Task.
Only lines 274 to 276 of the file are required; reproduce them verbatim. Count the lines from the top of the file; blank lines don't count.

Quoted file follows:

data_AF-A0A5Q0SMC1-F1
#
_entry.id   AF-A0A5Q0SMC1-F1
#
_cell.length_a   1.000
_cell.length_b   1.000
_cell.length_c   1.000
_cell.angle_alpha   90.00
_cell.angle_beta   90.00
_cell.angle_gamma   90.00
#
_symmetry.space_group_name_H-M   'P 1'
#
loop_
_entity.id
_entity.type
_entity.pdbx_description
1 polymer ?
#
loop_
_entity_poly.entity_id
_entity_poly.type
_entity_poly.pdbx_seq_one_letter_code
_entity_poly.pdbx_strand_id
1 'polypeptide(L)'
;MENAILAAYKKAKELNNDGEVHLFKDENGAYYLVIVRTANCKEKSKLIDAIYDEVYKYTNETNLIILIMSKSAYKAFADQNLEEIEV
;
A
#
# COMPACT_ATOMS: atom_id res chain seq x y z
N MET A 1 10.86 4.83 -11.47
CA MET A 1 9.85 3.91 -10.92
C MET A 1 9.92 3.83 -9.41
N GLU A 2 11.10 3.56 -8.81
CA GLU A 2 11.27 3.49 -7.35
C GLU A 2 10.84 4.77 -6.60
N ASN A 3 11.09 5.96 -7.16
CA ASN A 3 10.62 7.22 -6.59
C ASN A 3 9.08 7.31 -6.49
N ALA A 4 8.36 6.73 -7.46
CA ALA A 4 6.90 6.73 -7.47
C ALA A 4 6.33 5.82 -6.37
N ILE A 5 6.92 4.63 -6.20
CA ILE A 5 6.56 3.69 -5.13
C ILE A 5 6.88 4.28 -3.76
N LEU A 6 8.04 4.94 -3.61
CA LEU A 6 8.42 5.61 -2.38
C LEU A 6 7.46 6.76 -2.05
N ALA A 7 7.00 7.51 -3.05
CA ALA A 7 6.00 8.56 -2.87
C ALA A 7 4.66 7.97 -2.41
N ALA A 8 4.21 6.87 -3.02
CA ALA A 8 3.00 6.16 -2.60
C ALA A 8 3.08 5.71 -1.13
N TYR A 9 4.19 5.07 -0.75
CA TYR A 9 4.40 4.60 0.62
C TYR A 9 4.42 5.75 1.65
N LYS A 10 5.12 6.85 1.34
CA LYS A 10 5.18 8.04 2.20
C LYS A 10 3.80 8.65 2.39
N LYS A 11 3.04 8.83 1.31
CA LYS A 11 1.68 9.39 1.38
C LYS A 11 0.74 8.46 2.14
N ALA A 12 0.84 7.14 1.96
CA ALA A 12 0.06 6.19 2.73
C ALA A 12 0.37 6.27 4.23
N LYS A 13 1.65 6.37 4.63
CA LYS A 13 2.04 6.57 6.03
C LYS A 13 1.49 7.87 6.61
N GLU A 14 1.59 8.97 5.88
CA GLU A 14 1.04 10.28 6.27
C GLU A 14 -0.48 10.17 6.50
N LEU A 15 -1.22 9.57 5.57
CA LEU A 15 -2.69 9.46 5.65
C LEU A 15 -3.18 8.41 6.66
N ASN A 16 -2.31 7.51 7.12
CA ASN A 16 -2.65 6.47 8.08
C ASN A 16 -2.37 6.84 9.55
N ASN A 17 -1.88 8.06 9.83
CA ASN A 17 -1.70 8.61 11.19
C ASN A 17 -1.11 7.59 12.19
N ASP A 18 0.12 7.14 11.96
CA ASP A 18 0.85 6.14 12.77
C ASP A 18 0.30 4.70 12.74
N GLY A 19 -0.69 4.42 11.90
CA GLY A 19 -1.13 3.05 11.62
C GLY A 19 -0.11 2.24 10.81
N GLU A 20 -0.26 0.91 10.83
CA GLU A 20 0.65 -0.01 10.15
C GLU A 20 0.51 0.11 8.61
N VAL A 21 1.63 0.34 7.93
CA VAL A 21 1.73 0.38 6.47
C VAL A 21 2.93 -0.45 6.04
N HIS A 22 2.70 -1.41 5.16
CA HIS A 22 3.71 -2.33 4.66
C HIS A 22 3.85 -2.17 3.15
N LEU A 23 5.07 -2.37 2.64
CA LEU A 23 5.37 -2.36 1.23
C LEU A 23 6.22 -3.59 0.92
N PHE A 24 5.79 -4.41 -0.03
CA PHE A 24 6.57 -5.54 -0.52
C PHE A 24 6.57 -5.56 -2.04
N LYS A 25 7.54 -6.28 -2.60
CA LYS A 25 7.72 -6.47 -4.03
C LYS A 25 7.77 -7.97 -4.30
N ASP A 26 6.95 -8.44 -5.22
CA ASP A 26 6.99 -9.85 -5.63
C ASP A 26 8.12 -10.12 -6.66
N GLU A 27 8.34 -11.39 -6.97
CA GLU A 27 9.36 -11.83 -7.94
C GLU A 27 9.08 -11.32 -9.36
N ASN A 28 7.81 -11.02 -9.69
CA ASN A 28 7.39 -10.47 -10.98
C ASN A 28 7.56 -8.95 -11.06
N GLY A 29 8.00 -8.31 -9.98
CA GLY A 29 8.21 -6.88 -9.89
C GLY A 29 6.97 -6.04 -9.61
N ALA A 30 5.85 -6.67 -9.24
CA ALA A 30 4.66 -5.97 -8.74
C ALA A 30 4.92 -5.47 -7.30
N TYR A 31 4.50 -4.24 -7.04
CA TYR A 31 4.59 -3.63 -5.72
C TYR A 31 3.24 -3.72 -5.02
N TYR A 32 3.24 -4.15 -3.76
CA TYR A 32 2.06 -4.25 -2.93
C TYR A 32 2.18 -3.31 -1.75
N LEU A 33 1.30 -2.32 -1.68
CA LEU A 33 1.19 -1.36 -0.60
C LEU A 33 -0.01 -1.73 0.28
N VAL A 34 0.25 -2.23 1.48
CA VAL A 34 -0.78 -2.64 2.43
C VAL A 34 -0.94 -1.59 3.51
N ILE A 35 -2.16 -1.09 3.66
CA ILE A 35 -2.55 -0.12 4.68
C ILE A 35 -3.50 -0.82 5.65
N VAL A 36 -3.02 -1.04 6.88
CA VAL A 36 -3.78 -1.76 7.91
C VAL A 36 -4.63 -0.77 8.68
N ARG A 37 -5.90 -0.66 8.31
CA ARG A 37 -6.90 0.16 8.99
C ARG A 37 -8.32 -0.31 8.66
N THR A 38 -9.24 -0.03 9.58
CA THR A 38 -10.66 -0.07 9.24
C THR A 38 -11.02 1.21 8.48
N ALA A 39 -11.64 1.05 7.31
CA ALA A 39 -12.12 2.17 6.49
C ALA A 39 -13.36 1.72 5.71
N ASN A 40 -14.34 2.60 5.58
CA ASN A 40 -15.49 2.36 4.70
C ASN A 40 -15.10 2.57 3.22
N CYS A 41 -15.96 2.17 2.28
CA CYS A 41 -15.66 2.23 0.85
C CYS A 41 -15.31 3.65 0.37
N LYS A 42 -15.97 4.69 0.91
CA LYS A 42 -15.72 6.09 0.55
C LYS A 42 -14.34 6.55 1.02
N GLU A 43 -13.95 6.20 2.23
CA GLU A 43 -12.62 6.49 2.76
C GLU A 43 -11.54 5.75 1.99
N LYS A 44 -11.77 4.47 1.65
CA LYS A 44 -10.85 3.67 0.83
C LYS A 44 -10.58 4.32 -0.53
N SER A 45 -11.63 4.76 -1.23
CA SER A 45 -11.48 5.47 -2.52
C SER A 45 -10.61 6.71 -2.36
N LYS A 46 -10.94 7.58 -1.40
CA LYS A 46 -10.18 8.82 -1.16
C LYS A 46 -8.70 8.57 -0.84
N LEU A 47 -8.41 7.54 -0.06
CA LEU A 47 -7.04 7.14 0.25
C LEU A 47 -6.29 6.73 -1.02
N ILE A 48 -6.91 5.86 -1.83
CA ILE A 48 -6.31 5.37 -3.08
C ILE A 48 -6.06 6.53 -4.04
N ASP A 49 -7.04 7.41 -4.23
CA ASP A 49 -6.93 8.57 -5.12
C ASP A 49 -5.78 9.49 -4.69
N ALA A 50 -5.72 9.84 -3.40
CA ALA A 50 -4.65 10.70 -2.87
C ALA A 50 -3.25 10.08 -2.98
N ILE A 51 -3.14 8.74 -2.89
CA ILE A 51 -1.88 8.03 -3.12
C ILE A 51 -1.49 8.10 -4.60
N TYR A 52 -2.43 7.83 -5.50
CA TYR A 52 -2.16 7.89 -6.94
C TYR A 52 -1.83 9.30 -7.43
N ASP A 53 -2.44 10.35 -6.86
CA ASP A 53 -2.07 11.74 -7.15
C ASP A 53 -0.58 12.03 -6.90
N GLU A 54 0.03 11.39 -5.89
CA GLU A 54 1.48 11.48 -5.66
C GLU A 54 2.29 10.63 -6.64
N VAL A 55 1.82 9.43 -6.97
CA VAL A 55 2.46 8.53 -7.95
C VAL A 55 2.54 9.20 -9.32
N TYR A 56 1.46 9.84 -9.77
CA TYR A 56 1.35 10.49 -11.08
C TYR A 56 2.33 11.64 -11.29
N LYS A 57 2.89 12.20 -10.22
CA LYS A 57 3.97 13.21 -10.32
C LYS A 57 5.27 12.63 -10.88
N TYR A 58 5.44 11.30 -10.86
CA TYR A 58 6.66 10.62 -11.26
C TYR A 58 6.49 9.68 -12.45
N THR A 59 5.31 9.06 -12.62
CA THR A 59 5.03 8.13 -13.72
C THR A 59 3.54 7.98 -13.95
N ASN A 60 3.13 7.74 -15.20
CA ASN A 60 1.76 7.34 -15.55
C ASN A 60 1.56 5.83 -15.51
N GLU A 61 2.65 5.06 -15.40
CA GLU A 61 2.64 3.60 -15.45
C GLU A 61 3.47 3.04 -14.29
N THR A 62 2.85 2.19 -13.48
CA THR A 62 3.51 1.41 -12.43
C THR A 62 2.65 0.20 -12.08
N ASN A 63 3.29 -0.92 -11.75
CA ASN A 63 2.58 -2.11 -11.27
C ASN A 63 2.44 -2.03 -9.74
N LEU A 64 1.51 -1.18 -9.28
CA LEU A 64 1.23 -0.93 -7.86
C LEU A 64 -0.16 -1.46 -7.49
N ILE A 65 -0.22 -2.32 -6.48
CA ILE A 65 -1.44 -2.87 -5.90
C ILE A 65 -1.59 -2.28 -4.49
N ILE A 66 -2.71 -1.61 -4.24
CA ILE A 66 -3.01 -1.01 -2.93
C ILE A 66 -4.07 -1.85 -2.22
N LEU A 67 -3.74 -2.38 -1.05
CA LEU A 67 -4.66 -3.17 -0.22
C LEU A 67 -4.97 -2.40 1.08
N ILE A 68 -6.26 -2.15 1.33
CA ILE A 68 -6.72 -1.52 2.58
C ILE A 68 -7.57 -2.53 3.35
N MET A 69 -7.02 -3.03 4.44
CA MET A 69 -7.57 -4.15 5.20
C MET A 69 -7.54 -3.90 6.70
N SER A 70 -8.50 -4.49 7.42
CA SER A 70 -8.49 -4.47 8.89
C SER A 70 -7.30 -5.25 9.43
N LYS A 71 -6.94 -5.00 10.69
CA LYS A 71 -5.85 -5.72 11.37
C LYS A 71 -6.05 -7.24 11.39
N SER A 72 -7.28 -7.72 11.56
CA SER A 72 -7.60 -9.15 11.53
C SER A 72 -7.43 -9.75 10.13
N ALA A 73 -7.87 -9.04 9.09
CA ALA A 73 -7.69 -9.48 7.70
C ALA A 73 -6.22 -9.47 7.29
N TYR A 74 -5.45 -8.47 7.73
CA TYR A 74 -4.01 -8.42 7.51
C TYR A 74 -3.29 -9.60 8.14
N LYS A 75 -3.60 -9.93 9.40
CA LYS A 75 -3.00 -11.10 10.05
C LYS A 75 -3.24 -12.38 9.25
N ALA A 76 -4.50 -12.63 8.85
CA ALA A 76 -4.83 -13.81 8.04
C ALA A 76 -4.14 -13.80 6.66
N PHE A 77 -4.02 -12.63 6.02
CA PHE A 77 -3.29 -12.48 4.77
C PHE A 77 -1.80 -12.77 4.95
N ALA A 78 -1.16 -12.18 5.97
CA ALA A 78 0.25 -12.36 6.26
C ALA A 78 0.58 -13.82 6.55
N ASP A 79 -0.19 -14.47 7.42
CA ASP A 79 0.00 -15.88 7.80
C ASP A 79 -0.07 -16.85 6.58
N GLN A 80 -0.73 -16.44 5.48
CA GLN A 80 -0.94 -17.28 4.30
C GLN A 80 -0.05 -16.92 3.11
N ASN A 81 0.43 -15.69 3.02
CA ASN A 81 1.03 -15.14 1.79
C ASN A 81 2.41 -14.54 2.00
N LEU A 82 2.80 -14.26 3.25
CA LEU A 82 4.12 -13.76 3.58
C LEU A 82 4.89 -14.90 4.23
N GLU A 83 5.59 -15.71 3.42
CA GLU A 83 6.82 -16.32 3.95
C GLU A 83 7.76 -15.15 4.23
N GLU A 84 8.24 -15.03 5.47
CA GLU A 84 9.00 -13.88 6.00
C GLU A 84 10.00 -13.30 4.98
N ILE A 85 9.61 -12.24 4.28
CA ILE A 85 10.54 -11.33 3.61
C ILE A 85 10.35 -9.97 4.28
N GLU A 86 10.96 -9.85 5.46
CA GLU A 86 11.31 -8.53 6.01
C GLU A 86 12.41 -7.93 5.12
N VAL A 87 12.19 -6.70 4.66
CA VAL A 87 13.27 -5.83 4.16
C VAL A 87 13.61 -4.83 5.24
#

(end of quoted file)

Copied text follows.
N LEU A 82 2.80 -14.26 3.25
CA LEU A 82 4.12 -13.76 3.58
C LEU A 82 4.89 -14.90 4.23